No. A large percentage of patients have used pill form prescription drugs, initially prescribed by a medical provider. A smaller percentage of our patients have used illicit substances.
5) Is it common for patients to “resell” the prescriptions they receive from an MAT clinic?
No. Our patients have demonstrated a commitment to recovery. When Methadone clients first start in treatment, they are required to report daily and take their medication on site. Only later in their recovery are they permitted to take doses home. If any of our patients are caught selling or misusing their prescription, there are immediate consequences, including potential termination from the program.
6) What are the hours of operation?
There are different times for dispensing depending on the medication, but the general hours are from 6 am – 5:30 pm (7-10 am on weekends), 7 days a week.
7) Do convicted criminals utilize MAT?
Again, we have individuals from all walks of life, including some who have a criminal history. Treatment is a key factor in how people turn their lives around.
8) Does the placement of an MAT clinic in a neighborhood raise the crime rate?
Several studies, including a notable and exhaustive study from Johns Hopkins University, show that there is no correlation between the placement of a drug treatment facility and an increase in crime. If anything, the move towards recovery removes a major motivator for crime in the lives of individuals who may be experiencing dependency.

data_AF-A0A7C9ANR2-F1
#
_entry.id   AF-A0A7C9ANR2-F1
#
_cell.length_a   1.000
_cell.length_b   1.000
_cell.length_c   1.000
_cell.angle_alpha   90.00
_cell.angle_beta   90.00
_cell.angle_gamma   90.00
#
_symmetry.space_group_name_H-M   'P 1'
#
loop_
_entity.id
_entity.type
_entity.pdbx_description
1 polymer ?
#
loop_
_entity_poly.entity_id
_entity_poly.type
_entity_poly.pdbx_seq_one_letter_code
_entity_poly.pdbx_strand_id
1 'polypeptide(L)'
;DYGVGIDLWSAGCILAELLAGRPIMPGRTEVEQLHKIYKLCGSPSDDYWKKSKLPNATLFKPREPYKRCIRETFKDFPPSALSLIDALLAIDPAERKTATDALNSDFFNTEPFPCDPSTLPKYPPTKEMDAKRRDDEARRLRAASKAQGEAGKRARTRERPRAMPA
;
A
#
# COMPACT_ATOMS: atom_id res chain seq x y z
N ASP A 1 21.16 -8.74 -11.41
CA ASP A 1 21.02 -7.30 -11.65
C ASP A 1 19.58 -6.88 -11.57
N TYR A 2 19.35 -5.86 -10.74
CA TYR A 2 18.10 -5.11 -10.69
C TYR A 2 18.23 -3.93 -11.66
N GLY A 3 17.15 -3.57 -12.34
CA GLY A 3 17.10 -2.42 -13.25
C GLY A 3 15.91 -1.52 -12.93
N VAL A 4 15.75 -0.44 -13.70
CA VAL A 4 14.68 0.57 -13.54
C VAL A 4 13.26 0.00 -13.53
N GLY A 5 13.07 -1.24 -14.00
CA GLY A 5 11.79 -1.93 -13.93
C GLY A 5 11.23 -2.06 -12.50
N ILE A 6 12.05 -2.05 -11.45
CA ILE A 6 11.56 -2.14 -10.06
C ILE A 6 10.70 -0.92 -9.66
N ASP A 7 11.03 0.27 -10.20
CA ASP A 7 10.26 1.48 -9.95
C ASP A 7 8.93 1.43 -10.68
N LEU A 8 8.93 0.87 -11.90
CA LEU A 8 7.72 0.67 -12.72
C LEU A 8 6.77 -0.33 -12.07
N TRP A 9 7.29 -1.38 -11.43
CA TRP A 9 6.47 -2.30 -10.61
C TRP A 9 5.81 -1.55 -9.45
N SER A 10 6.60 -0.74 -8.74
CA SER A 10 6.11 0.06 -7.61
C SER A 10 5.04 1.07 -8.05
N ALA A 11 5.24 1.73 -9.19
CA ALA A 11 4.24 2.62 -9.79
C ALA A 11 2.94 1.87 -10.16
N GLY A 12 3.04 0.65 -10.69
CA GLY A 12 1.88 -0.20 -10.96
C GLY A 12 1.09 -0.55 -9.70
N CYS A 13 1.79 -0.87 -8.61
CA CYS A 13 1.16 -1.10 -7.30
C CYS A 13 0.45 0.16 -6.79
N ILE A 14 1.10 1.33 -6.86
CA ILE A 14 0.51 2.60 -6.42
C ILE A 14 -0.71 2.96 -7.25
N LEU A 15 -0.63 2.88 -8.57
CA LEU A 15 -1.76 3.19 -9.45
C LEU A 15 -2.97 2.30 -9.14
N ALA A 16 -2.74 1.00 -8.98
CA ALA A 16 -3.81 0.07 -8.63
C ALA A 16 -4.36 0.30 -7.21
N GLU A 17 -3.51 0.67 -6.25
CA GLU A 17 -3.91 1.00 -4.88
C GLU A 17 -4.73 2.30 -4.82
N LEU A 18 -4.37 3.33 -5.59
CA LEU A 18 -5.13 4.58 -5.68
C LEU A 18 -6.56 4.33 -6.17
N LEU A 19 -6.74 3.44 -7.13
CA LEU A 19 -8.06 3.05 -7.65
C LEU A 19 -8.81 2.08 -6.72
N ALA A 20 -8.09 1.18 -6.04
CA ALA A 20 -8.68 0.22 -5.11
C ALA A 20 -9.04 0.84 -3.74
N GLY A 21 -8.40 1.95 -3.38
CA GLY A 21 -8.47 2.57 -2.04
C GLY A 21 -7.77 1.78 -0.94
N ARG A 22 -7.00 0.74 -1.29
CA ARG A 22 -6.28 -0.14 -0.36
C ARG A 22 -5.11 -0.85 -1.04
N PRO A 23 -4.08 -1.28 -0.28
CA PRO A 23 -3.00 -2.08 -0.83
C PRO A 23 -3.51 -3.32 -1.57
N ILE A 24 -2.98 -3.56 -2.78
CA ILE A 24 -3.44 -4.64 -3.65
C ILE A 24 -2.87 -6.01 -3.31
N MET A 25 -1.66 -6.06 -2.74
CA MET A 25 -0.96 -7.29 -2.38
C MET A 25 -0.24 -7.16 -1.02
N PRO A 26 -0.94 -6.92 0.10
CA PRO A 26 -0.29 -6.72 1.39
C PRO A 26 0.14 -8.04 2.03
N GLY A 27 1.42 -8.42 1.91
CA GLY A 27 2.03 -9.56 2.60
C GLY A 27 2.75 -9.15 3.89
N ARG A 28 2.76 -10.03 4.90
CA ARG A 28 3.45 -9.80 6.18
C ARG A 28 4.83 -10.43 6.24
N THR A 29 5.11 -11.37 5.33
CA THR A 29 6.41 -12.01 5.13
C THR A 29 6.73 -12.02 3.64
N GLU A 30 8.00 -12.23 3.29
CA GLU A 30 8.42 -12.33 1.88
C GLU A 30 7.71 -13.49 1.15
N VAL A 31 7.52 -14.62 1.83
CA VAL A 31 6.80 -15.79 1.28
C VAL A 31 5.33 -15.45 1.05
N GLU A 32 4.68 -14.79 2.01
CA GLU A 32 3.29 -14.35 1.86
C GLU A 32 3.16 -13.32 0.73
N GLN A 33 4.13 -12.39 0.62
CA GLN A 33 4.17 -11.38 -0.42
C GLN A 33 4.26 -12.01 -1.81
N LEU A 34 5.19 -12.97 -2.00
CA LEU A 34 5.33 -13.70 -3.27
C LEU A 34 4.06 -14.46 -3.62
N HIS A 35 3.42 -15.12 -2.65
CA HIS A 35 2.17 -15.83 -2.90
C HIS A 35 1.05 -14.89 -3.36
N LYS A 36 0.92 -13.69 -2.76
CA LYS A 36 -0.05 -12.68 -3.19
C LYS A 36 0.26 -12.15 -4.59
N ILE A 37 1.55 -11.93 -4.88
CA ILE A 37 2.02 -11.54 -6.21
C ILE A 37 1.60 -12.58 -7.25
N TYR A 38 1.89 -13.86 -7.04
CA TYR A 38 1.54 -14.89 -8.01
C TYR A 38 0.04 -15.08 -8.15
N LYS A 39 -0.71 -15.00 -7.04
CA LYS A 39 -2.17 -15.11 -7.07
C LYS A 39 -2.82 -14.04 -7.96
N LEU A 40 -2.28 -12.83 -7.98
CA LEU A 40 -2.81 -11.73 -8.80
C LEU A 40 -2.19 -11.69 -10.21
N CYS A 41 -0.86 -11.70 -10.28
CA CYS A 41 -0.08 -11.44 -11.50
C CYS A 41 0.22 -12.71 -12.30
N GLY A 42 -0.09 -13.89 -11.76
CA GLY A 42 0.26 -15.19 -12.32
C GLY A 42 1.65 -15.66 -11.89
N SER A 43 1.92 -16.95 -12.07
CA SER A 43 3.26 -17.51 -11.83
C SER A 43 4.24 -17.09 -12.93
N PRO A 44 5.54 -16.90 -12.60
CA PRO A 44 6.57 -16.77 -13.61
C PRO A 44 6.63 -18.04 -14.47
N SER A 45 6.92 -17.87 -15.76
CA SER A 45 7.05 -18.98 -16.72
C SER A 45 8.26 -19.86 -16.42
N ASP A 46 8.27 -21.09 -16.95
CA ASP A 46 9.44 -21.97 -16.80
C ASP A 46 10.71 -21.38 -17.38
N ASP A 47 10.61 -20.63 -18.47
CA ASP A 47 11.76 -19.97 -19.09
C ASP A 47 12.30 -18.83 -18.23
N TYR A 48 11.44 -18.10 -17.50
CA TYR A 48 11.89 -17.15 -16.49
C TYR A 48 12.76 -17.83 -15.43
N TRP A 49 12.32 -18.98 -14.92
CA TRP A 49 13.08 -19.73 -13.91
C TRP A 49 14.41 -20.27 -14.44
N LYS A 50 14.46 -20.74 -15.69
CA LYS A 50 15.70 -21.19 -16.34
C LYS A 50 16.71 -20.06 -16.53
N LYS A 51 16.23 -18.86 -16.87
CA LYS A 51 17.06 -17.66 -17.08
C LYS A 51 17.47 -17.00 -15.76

9) What kind of crimes have Lane County MAT patients committed?
It is not a forgone conclusion that since our patient population is seeking treatment for opiate use disorder that they have committed a crime. However, the most common crime cited is possession of an illegal substance.
10) What will Lane County MAT Clinic do to mitigate loitering?
The first step is our communication with our patients. We work to help them understand what it means to be a good neighbor and how they can help. Having ample indoor space in our design also eliminates loitering, as do ample parking and pick-up space.